Earlier in his letter to the Ephesians, Paul laid the groundwork to later teach about the whole armor of God. He used the Greek epouranios for Christ seated in heaven with authority over all principalities and powers, “Which he wrought in Christ, when he raised him from the dead, and set him at his own right hand in the heavenly [epouranios 2032] places, Far above all principality, and power, and might, and dominion, and every name that is named” (Eph 1:20-21). He then qualified this as our salvation, “hath quickened us together with Christ, (by grace ye are saved;) And hath raised us up together, and made us sit together in heavenly [epouranios 2032] places in Christ Jesus … For by grace are ye saved through faith; and that not of yourselves: it is the gift of God” (Eph 2:5,6,8). We’re saved by sitting with Christ at God’s right hand—Him representing us before God as if we’re seated there.
Toward the end of his letter, “Put on the whole armour of God, that ye may be able to stand against the wiles of the devil. For we wrestle not against flesh and blood, but against principalities, against powers, against the rulers of the darkness of this world, against spiritual wickedness in high [epouranios 2032] places.” (Eph 6:11-12). We put on the armor by “putting on” Christ, “But put ye on the Lord Jesus Christ” (Rom 13:14), “put on Christ” (Gal 3:27), “put on the new man” (Eph 4:24). We “put on” Him when we live after His example, commandments, and teaching. When submitting to His Son, God defends us against the devil as if wearing armor.
God’s defense likened to armor was also depicted in the Old Testament. With Abraham, “Fear not, Abram: I am thy shield” (Gen 15:1), and also with David, “The God of my rock; in him will I trust: he is my shield” (2Sa 22:3), “But thou, O LORD, art a shield for me” (Psa 3:3), “The LORD is my strength and my shield” (Psa 28:7).
The individual pieces of armor that Paul lists are holistic—we must practice the sum of the parts to “put on” the whole armor and be successfully defended. And Paul had already taught about the parts in his letter leading up to this synopsis. Having “your loins girt about with truth” (v. 14), is learning the truth from Christ’s teaching, “But ye have not so learned Christ; If so be that ye have heard him, and have been taught by him, as the truth is in Jesus” (4:20-21). If we won’t hear and submit to the truth Christ taught, we lack this one piece and therefore don’t have the whole.
Having on “the breastplate of righteousness” (v. 14), is living righteously after the image of God in which we were created, “And that ye put on the new man, which after God is created in righteousness and true holiness” (4:24). God’s Son created us to live morally righteous after His image—His example and teaching.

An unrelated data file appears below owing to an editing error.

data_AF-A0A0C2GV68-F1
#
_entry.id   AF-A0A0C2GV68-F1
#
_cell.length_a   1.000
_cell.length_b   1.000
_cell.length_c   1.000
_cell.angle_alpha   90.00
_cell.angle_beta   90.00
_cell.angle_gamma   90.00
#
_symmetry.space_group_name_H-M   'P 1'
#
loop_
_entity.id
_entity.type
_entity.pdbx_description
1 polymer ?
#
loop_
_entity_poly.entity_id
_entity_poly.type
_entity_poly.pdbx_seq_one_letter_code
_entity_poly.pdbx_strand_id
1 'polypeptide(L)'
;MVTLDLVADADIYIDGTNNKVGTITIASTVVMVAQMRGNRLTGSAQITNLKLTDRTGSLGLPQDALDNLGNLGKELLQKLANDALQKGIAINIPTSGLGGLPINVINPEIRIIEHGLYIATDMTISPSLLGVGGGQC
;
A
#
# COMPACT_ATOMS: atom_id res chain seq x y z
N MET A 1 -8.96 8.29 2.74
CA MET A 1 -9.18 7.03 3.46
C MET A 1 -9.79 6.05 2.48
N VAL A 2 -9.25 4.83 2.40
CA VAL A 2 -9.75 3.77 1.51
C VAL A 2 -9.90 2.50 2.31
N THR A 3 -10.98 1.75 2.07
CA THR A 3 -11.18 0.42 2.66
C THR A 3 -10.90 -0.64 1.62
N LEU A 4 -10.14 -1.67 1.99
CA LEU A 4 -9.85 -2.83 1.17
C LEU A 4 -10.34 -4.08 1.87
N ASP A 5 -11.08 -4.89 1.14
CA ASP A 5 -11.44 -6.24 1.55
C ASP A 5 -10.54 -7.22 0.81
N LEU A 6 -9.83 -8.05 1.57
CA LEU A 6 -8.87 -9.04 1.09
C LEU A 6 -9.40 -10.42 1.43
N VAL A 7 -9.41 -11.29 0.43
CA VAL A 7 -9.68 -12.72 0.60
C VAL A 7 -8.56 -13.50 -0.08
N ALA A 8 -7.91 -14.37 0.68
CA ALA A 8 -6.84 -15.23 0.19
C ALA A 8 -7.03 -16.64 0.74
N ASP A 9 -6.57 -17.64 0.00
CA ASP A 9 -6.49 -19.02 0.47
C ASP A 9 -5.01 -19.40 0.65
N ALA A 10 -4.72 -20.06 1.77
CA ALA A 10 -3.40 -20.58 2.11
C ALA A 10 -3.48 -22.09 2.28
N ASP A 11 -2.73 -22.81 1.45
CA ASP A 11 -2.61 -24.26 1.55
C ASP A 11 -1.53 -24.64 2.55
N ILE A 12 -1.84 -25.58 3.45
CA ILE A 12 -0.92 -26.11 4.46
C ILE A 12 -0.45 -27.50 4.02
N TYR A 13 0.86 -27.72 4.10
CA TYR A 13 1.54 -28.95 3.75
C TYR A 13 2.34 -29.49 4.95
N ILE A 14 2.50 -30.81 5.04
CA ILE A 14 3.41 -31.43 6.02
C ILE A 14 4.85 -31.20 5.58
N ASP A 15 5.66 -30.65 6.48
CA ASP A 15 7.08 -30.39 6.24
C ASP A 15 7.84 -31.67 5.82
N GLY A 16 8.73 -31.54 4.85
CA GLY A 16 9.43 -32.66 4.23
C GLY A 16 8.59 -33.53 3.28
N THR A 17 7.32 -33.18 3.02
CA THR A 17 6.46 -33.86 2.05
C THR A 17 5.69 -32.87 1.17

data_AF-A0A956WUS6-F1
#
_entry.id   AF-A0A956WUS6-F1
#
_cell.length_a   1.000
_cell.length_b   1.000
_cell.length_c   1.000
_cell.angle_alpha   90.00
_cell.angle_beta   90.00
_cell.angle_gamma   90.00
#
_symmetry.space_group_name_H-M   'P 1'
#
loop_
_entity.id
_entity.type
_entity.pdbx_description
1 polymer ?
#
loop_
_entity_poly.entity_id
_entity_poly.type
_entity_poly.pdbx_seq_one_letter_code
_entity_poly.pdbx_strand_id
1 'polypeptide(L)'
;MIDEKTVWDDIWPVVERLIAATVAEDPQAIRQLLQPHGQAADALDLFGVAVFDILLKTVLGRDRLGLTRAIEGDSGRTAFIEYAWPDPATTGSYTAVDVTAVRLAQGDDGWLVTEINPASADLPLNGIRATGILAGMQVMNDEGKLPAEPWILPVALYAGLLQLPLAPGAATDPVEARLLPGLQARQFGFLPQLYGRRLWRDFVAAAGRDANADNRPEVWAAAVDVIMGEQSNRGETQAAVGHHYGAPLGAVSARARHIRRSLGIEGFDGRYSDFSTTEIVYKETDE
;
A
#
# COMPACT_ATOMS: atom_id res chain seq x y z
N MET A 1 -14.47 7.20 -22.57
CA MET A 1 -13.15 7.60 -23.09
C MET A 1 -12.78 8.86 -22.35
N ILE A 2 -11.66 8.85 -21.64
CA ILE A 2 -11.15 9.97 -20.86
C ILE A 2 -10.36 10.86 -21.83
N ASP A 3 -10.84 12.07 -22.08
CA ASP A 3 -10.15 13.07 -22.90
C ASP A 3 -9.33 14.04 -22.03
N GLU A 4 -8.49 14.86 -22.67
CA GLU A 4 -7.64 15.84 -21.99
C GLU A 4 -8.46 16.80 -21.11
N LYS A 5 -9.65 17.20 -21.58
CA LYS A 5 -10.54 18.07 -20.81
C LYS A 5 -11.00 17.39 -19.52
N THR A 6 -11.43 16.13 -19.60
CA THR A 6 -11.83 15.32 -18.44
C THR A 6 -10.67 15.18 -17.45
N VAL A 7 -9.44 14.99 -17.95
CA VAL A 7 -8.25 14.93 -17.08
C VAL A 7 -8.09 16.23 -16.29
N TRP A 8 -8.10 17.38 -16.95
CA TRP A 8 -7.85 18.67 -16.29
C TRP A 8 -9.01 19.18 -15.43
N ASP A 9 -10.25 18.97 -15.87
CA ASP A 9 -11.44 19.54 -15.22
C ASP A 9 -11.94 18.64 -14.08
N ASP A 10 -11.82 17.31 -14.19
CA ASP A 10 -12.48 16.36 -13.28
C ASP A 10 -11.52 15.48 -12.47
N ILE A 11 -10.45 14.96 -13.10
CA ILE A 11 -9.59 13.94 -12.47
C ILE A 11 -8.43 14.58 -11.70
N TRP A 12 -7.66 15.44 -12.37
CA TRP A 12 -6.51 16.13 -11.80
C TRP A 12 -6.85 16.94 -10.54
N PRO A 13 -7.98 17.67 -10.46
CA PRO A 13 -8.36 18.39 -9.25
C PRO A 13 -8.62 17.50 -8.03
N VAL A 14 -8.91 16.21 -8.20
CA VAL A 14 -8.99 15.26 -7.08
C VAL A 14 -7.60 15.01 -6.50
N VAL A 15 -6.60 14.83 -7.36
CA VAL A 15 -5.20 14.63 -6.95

To have “your feet shod with the preparation of the gospel of peace” (v. 15), is to keep the peace between Jews and Gentiles, “the unity of the Spirit in the bond of peace” (4:3). Christ is the peace between both, “For he is our peace, who hath made both one” (2:14). The “gospel of peace” is what He preached to both, “preached peace to you which were afar off, and to them that were nigh” (2:17).
The “shield of faith [faithfulness]” (v. 16), is being faithful to Christ as He was to His Father, “because of Christ’s faithfulness” (3:12 NET). When the “fiery darts” of false accusations were hurled against Him, He simply trusted His Father to defend Him as a shield, “Who, when he was reviled, reviled not again; when he suffered, he threatened not; but committed himself to him that judgeth righteously” (1Pe 2:23).
The “helmet of salvation” (v. 17), is our hope of salvation when the Lord returns, “others which have no hope … unto the coming of the Lord” (1Th 4:13,15), “for an helmet, the hope of salvation” (1Th 5:8). It’s “the hope of his calling” (1:18), “one hope of your calling” (4:4). The serpent’s head and his children’s will be bruised, “thy seed and her seed; it shall bruise thy head, and thou shalt bruise his heel” (Gen 3:15). The hope of the Lord’s return is our helmet that protects our head.
The “sword of the Spirit [breath], which is the word [rhēma 4487] of God” (v. 17), is “the washing of water by the word [rhēma 4487]” (5:26). It was when Christ “poureth water into a bason, and began to wash the disciples’ feet” (Jhn 13:5), then gave them the rhēma, “A new commandment I give unto you, That ye love one another; as I have loved you” (Jhn 13:34). The sword in the armor is serving. We “fight” our enemies by serving them as Jesus washed Judas’ feet.
Of course “Praying always with all prayer and supplication in the Spirit [breath]” (v. 18), as Christ taught us “After this manner therefore pray ye” (Mat 6:9), and as Paul voiced two prayers earlier in this letter 1:16-23, 3:14-21. Salvation isn’t simply about believing some facts are true. We must be actively clothed with the whole armor of God to be defended against the devil and ultimately be saved.